Ochs Und Junior Perpetual Calendar and Habring² Chrono Felix Perpetual

My favorite perpetual calendar of all time is the Ochs und Junior Perpetual Calendar. Yes, I might be a little biased because I own one. But in a sea of watches where complexity in parts and execution is celebrated, I love that the ochs und junior Perpetual Calendar exists to act as a (often polarizing) celebration of minimalism. In an infinitely customizable array of bespoke finishes, the dial eschews numerals and hands for dots and disks. Instead of a complex movement of 300+ parts, founder Ludwig Oechslin’s perpetual calendar complication comprises only 9 additional parts on top of a time-only Ulysse Nardin caliber. Most importantly, the perpetual calendar complication is completely forward and backward adjustable through the crown and the watch is water resistant to 100m, making it one of the most everyday-wearable perpetual calendars on the market.

If you’re unfamiliar with Ochs und Junior and Ludwig Oechslin’s design philosophy for the brand, I highly recommend reading his thoughts on date displays. You will see how his dots and circles language is an attempt to fix the “problem” with date windows as an indication. In personal experience, I’ve found the display on my perpetual calendar extremely intuitive, easy to read, and extremely discreet to outsiders since there’s no endless sea of text on the dial to account for the information the complication conveys https://www.highluxurystore.ru.

I also have to admit that I love the watch also because of the community around it. There have been plenty of die-hard Ochs und Junior fans I’ve met over Instagram who love to share their enthusiasm for the brand, and the entire creation process of my watch was also a sentimental one, getting to configure mine in their Lucerne HQ back in 2019 with co-founder and then-CEO Beat Weinmann. It’s definitely a very niche product within an already specific complication, but this leap year, I know exactly what watch is going to be on my wrist.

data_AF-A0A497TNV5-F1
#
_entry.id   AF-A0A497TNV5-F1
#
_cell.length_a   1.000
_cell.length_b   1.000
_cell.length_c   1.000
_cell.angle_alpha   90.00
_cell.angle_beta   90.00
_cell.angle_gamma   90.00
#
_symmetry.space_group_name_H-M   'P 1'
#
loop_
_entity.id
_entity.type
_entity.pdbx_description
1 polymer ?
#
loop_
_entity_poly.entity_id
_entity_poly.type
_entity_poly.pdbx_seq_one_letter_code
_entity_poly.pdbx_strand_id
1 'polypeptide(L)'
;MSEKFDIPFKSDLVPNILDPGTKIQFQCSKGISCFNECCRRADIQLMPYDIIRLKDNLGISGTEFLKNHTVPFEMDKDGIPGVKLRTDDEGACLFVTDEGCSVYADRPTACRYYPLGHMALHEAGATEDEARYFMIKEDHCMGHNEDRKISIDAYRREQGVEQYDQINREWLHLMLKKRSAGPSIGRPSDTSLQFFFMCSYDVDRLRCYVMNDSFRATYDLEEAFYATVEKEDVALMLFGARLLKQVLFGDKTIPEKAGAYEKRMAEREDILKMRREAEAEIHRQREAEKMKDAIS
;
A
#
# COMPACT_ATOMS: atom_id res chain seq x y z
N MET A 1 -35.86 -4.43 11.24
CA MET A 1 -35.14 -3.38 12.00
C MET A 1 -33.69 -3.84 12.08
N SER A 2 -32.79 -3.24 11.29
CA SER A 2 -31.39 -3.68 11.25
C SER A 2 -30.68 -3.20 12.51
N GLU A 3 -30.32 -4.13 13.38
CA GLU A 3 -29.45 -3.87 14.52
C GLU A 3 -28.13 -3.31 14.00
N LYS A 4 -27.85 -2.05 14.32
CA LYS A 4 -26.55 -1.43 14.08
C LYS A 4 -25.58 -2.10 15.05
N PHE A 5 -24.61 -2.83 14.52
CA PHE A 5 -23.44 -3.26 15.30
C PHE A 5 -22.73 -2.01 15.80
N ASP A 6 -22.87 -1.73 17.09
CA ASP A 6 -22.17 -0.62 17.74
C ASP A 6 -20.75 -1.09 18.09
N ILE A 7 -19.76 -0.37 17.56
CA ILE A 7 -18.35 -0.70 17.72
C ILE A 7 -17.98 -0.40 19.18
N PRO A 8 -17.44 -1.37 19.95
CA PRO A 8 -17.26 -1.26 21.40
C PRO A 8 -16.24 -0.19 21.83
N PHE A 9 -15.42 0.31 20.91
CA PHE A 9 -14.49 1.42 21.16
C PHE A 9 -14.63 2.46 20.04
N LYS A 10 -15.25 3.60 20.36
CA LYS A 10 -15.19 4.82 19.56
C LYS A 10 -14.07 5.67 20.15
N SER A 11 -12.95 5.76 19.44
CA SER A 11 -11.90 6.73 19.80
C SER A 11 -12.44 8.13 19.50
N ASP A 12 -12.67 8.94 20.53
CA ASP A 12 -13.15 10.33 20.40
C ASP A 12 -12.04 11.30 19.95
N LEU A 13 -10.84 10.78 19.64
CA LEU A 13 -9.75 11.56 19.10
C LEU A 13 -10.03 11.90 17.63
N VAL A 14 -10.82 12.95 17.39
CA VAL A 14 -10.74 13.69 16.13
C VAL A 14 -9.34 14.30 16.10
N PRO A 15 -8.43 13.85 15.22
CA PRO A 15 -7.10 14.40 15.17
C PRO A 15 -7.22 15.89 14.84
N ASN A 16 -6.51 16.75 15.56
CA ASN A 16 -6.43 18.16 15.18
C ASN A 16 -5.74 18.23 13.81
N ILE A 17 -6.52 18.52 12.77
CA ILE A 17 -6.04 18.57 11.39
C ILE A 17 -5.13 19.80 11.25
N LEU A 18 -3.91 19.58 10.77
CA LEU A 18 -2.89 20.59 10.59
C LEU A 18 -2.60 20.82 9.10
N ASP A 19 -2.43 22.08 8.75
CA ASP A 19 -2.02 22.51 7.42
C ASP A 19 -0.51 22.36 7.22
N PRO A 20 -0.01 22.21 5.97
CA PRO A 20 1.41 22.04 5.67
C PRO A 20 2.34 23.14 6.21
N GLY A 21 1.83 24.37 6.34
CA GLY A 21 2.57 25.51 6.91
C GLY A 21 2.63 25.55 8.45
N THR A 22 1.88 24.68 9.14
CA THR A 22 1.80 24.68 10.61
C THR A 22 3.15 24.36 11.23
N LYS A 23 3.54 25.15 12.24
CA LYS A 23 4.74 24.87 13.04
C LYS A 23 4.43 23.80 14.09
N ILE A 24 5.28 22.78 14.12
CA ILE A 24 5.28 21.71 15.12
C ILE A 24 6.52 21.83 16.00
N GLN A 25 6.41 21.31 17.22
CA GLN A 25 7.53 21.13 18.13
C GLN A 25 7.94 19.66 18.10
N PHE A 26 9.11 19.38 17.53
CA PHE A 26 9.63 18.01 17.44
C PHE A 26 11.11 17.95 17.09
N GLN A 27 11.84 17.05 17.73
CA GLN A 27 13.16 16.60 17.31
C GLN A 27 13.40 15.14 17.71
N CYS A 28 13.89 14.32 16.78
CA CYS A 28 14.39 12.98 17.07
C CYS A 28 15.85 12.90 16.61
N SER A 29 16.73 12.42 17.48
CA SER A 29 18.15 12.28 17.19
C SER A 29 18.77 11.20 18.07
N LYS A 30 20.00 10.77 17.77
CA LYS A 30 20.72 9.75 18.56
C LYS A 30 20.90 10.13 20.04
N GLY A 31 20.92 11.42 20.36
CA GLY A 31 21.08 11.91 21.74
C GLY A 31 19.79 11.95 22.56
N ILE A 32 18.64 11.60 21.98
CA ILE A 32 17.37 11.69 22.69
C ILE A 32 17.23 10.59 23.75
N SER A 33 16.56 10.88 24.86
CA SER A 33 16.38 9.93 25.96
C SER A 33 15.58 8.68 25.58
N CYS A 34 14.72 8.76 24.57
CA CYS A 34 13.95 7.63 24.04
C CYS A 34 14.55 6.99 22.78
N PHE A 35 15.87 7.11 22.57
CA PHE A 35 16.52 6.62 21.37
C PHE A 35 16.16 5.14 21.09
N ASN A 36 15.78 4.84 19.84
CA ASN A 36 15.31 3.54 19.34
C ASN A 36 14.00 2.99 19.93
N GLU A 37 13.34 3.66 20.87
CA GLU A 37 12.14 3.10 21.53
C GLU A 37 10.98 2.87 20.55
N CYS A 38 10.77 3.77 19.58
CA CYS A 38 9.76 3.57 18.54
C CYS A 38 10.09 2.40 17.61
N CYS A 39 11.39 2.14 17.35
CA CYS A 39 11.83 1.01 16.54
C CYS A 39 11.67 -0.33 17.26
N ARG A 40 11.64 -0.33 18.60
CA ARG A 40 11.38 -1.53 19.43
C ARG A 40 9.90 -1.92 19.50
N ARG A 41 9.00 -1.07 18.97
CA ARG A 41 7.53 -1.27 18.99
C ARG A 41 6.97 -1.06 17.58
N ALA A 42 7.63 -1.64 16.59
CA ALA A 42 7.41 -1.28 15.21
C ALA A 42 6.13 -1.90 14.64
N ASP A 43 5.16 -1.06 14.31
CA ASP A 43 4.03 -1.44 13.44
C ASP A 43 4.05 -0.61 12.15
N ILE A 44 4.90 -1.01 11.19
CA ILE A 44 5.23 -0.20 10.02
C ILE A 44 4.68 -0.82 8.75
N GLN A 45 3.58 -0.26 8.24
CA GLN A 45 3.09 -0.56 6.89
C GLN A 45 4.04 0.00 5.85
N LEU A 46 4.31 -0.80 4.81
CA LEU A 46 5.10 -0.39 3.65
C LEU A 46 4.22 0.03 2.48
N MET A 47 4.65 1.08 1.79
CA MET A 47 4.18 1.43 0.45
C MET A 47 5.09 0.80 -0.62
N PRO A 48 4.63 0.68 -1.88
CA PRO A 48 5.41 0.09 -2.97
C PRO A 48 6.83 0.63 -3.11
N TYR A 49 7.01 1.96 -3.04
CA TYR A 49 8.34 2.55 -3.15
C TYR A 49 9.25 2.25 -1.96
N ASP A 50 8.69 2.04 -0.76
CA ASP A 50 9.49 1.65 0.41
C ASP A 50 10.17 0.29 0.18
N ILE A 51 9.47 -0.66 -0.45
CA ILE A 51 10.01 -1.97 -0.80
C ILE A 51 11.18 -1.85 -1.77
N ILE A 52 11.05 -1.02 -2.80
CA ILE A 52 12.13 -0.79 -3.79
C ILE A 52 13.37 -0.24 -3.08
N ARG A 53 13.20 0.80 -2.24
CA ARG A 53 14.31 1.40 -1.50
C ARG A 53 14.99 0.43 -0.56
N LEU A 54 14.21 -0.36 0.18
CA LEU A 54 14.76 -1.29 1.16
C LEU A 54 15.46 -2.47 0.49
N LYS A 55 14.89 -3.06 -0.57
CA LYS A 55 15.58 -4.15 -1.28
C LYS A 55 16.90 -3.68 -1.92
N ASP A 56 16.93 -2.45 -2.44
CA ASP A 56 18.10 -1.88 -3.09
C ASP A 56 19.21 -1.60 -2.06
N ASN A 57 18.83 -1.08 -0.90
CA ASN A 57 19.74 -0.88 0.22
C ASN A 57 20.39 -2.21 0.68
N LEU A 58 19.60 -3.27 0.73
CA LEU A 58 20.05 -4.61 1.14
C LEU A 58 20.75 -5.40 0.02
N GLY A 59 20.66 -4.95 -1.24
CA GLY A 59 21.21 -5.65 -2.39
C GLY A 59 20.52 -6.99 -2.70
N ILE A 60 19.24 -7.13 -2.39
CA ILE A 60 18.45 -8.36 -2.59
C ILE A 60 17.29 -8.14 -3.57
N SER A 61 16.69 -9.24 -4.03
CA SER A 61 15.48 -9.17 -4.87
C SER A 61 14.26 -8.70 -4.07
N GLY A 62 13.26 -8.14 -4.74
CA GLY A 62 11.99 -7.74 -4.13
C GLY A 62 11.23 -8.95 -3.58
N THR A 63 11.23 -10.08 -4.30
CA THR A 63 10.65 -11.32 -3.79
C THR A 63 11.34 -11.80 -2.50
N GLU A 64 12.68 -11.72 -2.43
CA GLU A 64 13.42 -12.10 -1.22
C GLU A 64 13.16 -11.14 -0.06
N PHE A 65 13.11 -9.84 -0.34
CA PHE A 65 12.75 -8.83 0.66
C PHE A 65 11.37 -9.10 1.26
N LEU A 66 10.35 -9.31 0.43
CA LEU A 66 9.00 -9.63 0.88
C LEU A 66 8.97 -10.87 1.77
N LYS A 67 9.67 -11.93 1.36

I’ll never understand why there is not more love for Habring². The brand is a different kind of independent. In a watch landscape where the majority of celebrated independents are heralded for producing watches “like they used to” with old-world craftsmanship at the forefront of brand identity, Habring² has a different idea of what it means to be an indy. Where your typical independent will draw on ideas like vintage Patek, Breguet, or pre-1900s escapement technologies, Richard and Maria Habring have roots on the more industrialized side of the watch world. And that shows. The brand hand-crafts a watch with a unique, very Austrian, eye for utility.

Maybe that is hard to wrap your head around but it differentiates the brand in an increasingly crowded space. Yes, many of their movements share an architecture with the Valjoux 7750 (or 7760). Some may snub their nose here but I implore those to see a Habring movement in the metal – this is not Valjoux quality or finishing. In fact, as of 2017, Habring² no longer uses a single part from Swatch Group, all components are either made in-house or sourced locally.

Now for the Chrono Felix Perpetual. In my eyes, this is the best watch yet from the brand. Previous criticism of Habring² offerings often centered around case size and thickness, this was first addressed in 2014 with the time-only Felix and culminates here in a 38.5mm x 13mm perpetual calendar chronograph. Those stats should jump off the page especially considering the last Habring² complication at this level, the Perpetual-Doppel, clocked in at 43mm x 12mm.

I’m in love with this watch. From the no-nonsense case with stepped bezel to the expertly proportioned dial design with eight uninterrupted Breguet numeral hour markers and an overall unfussy feel, the Chrono Felix Perpetual is everything I want in a perpetual calendar chronograph. I’ll be watching closely for future dial options, I just don’t love, love salmon dials, sorry https://www.highluxurystore.ru